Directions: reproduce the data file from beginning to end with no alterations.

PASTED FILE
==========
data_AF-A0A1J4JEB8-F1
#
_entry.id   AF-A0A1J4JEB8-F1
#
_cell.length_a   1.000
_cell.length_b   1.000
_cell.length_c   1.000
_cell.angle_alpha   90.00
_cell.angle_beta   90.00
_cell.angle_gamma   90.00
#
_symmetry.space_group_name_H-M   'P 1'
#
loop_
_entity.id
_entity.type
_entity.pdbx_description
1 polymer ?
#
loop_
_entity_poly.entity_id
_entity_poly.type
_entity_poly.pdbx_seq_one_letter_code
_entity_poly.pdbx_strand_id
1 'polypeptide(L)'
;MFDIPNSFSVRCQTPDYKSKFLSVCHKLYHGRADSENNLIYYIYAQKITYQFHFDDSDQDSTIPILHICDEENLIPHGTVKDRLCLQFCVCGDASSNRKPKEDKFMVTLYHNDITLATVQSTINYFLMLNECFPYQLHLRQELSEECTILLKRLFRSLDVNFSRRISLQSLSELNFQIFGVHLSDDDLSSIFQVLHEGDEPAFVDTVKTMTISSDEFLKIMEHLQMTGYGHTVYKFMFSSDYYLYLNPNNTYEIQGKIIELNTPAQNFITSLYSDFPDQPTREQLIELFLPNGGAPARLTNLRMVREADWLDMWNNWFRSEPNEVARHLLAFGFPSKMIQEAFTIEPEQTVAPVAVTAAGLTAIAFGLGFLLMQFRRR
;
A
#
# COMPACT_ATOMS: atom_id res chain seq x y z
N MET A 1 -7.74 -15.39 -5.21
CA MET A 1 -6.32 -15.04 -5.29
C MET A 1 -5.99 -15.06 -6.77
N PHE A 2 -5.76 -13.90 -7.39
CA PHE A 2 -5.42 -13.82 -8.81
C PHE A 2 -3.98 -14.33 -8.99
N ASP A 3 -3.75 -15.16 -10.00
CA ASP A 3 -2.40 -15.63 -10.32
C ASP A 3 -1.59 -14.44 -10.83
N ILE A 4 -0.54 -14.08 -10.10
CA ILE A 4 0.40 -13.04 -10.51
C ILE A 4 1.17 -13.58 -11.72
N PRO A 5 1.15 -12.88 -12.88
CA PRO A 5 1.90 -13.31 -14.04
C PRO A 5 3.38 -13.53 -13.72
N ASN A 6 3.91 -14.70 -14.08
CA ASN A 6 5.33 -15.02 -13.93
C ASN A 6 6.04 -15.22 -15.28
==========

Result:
data_AF-A0A1J4JEB8-F1
#
_entry.id   AF-A0A1J4JEB8-F1
#
_cell.length_a   1.000
_cell.length_b   1.000
_cell.length_c   1.000
_cell.angle_alpha   90.00
_cell.angle_beta   90.00
_cell.angle_gamma   90.00
#
_symmetry.space_group_name_H-M   'P 1'
#
loop_
_entity.id
_entity.type
_entity.pdbx_description
1 polymer ?
#
loop_
_entity_poly.entity_id
_entity_poly.type
_entity_poly.pdbx_seq_one_letter_code
_entity_poly.pdbx_strand_id
1 'polypeptide(L)'
;MFDIPNSFSVRCQTPDYKSKFLSVCHKLYHGRADSENNLIYYIYAQKITYQFHFDDSDQDSTIPILHICDEENLIPHGTVKDRLCLQFCVCGDASSNRKPKEDKFMVTLYHNDITLATVQSTINYFLMLNECFPYQLHLRQELSEECTILLKRLFRSLDVNFSRRISLQSLSELNFQIFGVHLSDDDLSSIFQVLHEGDEPAFVDTVKTMTISSDEFLKIMEHLQMTGYGHTVYKFMFSSDYYLYLNPNNTYEIQGKIIELNTPAQNFITSLYSDFPDQPTREQLIELFLPNGGAPARLTNLRMVREADWLDMWNNWFRSEPNEVARHLLAFGFPSKMIQEAFTIEPEQTVAPVAVTAAGLTAIAFGLGFLLMQFRRR
;
A
#
# COMPACT_ATOMS: atom_id res chain seq x y z
N MET A 1 -7.74 -15.39 -5.21
CA MET A 1 -6.32 -15.04 -5.29
C MET A 1 -5.99 -15.06 -6.77
N PHE A 2 -5.76 -13.90 -7.39
CA PHE A 2 -5.42 -13.82 -8.81
C PHE A 2 -3.98 -14.33 -8.99
N ASP A 3 -3.75 -15.16 -10.00
CA ASP A 3 -2.40 -15.63 -10.32
C ASP A 3 -1.59 -14.44 -10.83
N ILE A 4 -0.54 -14.08 -10.10
CA ILE A 4 0.40 -13.04 -10.51
C ILE A 4 1.17 -13.58 -11.72
N PRO A 5 1.15 -12.88 -12.88
CA PRO A 5 1.90 -13.31 -14.04
C PRO A 5 3.38 -13.53 -13.72
N ASN A 6 3.91 -14.70 -14.08
CA ASN A 6 5.33 -15.02 -13.93
C ASN A 6 6.04 -15.22 -15.28